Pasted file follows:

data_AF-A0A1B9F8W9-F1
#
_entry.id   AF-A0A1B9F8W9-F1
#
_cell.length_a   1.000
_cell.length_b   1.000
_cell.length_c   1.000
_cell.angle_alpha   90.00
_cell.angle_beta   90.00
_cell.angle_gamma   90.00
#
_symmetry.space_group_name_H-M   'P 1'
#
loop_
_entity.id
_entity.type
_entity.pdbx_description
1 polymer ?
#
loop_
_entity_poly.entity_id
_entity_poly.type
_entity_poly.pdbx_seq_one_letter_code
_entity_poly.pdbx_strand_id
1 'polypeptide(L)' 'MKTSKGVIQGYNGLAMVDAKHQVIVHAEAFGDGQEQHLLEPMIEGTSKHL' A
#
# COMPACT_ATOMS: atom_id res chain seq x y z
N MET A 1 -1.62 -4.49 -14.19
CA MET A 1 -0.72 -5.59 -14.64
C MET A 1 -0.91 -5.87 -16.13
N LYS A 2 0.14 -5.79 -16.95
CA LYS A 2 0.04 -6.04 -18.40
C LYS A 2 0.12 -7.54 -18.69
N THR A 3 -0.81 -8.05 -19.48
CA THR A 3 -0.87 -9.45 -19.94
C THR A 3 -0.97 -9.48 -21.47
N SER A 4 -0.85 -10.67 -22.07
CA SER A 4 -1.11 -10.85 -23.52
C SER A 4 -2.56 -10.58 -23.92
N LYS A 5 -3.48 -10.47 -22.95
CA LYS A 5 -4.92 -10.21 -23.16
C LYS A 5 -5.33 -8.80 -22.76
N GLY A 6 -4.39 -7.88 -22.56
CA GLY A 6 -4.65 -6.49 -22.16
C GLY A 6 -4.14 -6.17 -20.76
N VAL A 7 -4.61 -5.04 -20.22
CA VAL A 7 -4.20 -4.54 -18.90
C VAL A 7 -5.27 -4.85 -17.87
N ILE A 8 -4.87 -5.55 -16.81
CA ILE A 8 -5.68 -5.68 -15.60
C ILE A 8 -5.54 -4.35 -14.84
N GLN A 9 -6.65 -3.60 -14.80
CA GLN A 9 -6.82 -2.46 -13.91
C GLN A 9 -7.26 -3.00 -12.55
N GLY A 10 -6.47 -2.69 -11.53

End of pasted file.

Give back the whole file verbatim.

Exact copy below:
data_AF-A0A1B9F8W9-F1
#
_entry.id   AF-A0A1B9F8W9-F1
#
_cell.length_a   1.000
_cell.length_b   1.000
_cell.length_c   1.000
_cell.angle_alpha   90.00
_cell.angle_beta   90.00
_cell.angle_gamma   90.00
#
_symmetry.space_group_name_H-M   'P 1'
#
loop_
_entity.id
_entity.type
_entity.pdbx_description
1 polymer ?
#
loop_
_entity_poly.entity_id
_entity_poly.type
_entity_poly.pdbx_seq_one_letter_code
_entity_poly.pdbx_strand_id
1 'polypeptide(L)' 'MKTSKGVIQGYNGLAMVDAKHQVIVHAEAFGDGQEQHLLEPMIEGTSKHL' A
#
# COMPACT_ATOMS: atom_id res chain seq x y z
N MET A 1 -1.62 -4.49 -14.19
CA MET A 1 -0.72 -5.59 -14.64
C MET A 1 -0.91 -5.87 -16.13
N LYS A 2 0.14 -5.79 -16.95
CA LYS A 2 0.04 -6.04 -18.40
C LYS A 2 0.12 -7.54 -18.69
N THR A 3 -0.81 -8.05 -19.48
CA THR A 3 -0.87 -9.45 -19.94
C THR A 3 -0.97 -9.48 -21.47
N SER A 4 -0.85 -10.67 -22.07
CA SER A 4 -1.11 -10.85 -23.52
C SER A 4 -2.56 -10.58 -23.92
N LYS A 5 -3.48 -10.47 -22.95
CA LYS A 5 -4.92 -10.21 -23.16
C LYS A 5 -5.33 -8.80 -22.76
N GLY A 6 -4.39 -7.88 -22.56
CA GLY A 6 -4.65 -6.49 -22.16
C GLY A 6 -4.14 -6.17 -20.76
N VAL A 7 -4.61 -5.04 -20.22
CA VAL A 7 -4.20 -4.54 -18.90
C VAL A 7 -5.27 -4.85 -17.87
N ILE A 8 -4.87 -5.55 -16.81
CA ILE A 8 -5.68 -5.68 -15.60
C ILE A 8 -5.54 -4.35 -14.84
N GLN A 9 -6.65 -3.60 -14.80
CA GLN A 9 -6.82 -2.46 -13.91
C GLN A 9 -7.26 -3.00 -12.55
N GLY A 10 -6.47 -2.69 -11.53